The virus consists of a single VBA5 module named "a". The module
contains 4 subroutines with identical contents - AutoOpen, AutoClose,
AutoNew and AutoExec. Therefore, the virus receives control each time
a document is opened, closed, created, or when Word is started.
When it receives control, the first thing the virus does is to examine
all add-ins (accessible via Tools/Templates and Add-Ins of Word 97's
menus) and unload all of those, whose name is not Autoexec.dot. The
virus then changes the path of Word's Startup folder (accessible via
Tools/Options/File Locations of the menus of Word 97) to C:\. Then it
turns off the built-in macro virus protection of Word 97.
If the virus is running from a document containing the word "Autoexec"
anywhere in its name, the virus checks whether any of the opened
documents or the global template is infected. (This is determined by
checking for the presence of a module named "a".) If neither of them
is, the virus opens the document C:\Autoexec.dot (in a way which
prevents it from appearing on the list of Most Recently Used files on
Word's menu) and copies itself from that document to all opened
documents and templates, the VBA projects in which are not protected.
The virus then checks whether a file named "Autoexec.dot" is present
in the root directory of drive C:. If it is not, a new template is
created, it is infected, and is saved in a file with this name. Again,
the virus takes care to prevent the name of this file from appearing
on the MRU list.
The next action of the virus is to inspect all opened documents
(except the one it is running from) and templates. If their VBA
projects are not protected, it looks there for modules named AutoOpen,
AutoClose, AutoNew and FileSave and removes them. This might be a
measure against another, competing virus, or against some unknown
anti-virus product. The virus then proceeds to infect these documents
Next, the virus performs some key and menu redirections. The key
shortcuts Alt-F8 (default for Tools/Macro/Macros) and Alt-F11 (default
for Tools/Macro/Visual Basic Editor) are redirected to perform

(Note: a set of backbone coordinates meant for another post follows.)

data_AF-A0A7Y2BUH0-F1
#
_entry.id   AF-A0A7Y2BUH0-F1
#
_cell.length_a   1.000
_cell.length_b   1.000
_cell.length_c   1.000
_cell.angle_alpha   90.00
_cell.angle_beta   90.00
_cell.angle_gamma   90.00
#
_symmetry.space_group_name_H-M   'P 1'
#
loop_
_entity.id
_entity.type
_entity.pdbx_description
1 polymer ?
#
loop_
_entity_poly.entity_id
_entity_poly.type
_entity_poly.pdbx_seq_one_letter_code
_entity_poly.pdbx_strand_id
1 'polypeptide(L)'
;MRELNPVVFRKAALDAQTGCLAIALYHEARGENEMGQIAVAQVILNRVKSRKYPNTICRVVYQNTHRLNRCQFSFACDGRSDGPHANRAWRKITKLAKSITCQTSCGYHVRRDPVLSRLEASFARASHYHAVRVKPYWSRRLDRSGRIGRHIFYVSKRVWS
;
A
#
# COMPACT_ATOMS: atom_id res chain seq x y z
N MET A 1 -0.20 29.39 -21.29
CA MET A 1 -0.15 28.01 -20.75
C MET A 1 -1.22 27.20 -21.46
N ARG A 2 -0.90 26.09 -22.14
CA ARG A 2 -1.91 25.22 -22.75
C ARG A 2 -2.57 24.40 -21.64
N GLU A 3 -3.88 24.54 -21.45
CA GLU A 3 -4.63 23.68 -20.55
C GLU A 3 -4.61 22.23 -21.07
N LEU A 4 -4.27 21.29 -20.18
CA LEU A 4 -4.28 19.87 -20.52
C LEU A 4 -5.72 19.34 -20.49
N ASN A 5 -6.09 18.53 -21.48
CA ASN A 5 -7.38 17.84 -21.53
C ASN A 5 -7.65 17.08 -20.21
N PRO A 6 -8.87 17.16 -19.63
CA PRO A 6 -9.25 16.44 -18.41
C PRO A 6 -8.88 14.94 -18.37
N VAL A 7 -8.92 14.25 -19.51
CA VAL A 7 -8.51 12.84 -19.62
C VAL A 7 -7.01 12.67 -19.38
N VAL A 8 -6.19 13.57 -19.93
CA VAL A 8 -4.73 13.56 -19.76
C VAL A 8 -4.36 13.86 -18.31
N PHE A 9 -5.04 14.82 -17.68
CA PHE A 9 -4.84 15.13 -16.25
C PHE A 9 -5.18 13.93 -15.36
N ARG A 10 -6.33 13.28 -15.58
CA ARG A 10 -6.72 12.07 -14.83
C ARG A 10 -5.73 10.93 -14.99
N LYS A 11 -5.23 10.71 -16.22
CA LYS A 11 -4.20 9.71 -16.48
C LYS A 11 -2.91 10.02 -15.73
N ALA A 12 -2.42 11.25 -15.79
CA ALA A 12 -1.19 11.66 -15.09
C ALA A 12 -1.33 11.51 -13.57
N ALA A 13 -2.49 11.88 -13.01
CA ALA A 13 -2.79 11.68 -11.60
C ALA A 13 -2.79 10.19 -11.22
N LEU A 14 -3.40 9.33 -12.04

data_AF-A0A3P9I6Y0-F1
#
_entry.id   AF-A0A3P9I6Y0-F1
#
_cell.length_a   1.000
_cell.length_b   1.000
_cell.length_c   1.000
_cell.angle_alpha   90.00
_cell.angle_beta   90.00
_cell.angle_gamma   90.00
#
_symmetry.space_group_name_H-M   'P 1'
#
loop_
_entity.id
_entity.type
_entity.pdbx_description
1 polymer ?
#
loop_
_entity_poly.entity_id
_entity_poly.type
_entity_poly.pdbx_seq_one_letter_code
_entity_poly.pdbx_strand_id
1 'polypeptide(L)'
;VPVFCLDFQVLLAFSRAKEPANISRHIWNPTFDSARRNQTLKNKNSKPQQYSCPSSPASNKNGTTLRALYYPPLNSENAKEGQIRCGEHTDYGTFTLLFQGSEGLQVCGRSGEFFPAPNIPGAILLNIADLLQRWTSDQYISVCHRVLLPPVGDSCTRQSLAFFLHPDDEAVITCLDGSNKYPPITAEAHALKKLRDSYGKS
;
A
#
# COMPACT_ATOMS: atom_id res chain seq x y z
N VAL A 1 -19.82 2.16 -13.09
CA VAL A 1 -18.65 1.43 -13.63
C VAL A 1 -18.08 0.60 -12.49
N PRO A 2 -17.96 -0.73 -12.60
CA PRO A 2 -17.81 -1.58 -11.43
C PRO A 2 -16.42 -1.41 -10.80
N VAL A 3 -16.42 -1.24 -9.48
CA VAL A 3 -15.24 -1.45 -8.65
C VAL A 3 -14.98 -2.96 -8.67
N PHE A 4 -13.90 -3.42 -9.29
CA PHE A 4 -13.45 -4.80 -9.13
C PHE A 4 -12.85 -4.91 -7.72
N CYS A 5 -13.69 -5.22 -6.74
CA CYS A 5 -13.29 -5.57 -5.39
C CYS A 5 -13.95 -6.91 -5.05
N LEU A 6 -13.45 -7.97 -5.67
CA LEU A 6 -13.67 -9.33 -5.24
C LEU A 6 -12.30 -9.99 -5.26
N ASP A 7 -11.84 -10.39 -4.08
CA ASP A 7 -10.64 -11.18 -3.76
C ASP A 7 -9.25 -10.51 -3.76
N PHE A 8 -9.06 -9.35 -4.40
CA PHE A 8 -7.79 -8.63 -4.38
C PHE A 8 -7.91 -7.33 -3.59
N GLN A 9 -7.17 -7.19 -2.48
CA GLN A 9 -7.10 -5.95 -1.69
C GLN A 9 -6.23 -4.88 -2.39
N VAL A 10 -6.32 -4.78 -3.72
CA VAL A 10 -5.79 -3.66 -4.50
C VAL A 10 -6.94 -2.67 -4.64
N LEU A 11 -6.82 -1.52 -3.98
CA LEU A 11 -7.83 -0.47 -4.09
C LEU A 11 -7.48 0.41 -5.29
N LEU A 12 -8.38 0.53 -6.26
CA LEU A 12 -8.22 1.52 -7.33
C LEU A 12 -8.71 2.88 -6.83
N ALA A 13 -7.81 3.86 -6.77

File/Save As (both of them). Instead, Alt-F1 and Alt-F2 are set to
perform their actions (start the ToolsMacro dialog and VBA Editor
respectively) - a kind of "backdoor", so that the virus author (and
those "in-the-know") could still use them.
The virus also rebinds the Tools/Customize, Tools/Options,
Tools/Templates and Add-Ins, Tools/Macro/Macros and Tools/Macro/Visual
Basic Editor menu items to execute its AutoClose subroutine. However,
the virus accesses these menu items by name - and it uses the Chinese
names for them - so, this rebinding will be successful only under the
Chinese language version of Word 97. Finally, the virus rebinds all
items on the "Visual Basic" command bar to its AutoClose subroutine
and proceeds to save all opened documents.
The payload of the virus activates when the system date indicates the
the current month is July. If this is the case, the virus displays an
input message box, asking the user something in Chinese. I can't read
Chinese, so I don't know what the message says. If the user accepts
the proposed default answer (also in Chinese) by clicking on the OK
button, the virus displays the message (this time in broken English)
"You are wise,please choose this later again,critically!" and exits.
If the user presses the Cancel button (or enters anything but the
default response), the virus keeps asking the same question two more
times. Then it "loses patience", displays the message
Stop it!you are so incurable to lose 3 chances!
Now,god will punish you...
and modifies the user's C:\AUTOEXEC.BAT file, appending to it the line
Usually this means that on the next reboot all files on drive C: will
Finally, the virus searches all running tasks for one containing the
string "Visual Basic" in its name (usually - the VBA Editor) and hides
it - obviously, in an attempt to prevent the user from debugging it.
In general, we do not think that this virus presents any serious
threat - and it certainly does not deserve the media attention it has
received. It is simply just yet another boring, stupid, badly written
virus, created by somebody with more time on his hands than brain in
his head. It is slow and obvious and has no significant chances of
surviving in the wild. Of course, our anti-virus products have been
updated to recognize, identify and disinfect the virus (they already
could detect it with our macro virus heuristics). The virus has been
given undeserved attention by the media. Such scare tactics are, at
best, a questionable practice of some anti-virus producers to get
public exposure. In the long run, it harms both the anti-virus
industry and the users and only serves to boost the virus writer's ego
[Dr. Vesselin Bontchev, FRISK Software International]